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Tong, JJ, Dery, SJ, Jackson, PL, Derksen, C (2010). "Snow distribution from SSM/I and its relationships to the hydroclimatology of the Mackenzie River Basin, Canada". ADVANCES IN WATER RESOURCES, 33(6), 667-677.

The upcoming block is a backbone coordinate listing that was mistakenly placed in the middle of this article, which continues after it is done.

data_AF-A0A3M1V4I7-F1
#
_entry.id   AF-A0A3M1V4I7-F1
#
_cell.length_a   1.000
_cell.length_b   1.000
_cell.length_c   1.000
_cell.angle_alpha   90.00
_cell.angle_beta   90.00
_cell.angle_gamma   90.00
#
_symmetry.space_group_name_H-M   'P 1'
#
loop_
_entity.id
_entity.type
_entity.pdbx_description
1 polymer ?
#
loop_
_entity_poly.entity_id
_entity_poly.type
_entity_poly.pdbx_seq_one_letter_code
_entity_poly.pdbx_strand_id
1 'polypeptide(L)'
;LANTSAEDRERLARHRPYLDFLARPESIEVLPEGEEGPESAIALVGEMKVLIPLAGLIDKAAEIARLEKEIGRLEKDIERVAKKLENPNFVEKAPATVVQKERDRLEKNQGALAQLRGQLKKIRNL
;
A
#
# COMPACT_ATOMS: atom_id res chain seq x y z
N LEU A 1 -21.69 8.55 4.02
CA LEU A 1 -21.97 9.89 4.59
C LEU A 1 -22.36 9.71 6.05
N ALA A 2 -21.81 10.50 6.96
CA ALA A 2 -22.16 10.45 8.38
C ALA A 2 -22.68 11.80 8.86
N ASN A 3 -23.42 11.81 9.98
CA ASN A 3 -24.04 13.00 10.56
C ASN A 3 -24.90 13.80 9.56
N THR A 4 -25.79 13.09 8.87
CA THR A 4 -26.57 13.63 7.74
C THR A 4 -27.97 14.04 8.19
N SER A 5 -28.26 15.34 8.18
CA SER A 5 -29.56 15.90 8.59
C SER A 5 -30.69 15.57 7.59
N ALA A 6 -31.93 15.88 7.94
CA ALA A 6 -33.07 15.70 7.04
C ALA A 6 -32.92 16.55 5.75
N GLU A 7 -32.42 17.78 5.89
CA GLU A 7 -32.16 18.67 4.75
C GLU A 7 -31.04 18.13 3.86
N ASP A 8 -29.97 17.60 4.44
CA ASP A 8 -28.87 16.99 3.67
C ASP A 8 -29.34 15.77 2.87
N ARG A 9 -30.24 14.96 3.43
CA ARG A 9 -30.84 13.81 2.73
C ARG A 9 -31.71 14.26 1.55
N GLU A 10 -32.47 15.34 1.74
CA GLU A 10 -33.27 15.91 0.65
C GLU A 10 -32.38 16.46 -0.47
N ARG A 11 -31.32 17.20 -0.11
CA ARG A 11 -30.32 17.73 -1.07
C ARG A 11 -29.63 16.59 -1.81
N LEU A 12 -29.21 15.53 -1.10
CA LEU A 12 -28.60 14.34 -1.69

The spatial and temporal distribution of snow cover extent (SCE) and snow water equivalent (SWE) play vital roles in the hydrology of northern watersheds. We apply remotely sensed Special Sensor Microwave Imager (SSM/I) data from 1988 to 2007 to explore the relationships between snow distribution and the hydroclimatology of the Mackenzie River Basin (MRB) of Canada and its major sub-basins. The Environment Canada (EC) algorithm is adopted to retrieve the SWE from SSM/I data. Moderate Resolution Imaging Spectroradiometer (MODIS) 8-day maximum snow cover extent products (MOD10A2) are used to estimate the different thresholds of retrieved SWE from SSM/I to classify the land cover as snow or no snow for various sub-basins in the MRB. The sub-basins have varying topography and hence different thresholds that range from 10 mm to 30 mm SWE. The accuracy of snow cover mapping based on the combination of several thresholds for the different sub-basins reaches approximate to 90%. The northern basins are found to have stronger linear relationships between the date on which snow cover fraction (SCF) reaches 50% or when SWE reaches 50% and mean air temperatures, than the southern basins. Correlation coefficients between SCF. SWE, and hydroclimatological variables show the new SCF products from SSM/I perform better than SWE from SSM/I to analyze the relationships with the regional hydroclimatology. Statistical models relating SCF and SWE to runoff indicate that the SCF and SWE from EC algorithms are able to predict the discharge in the early snow ablation seasons in northern watersheds. (C) 2010 Elsevier Ltd. All rights reserved.



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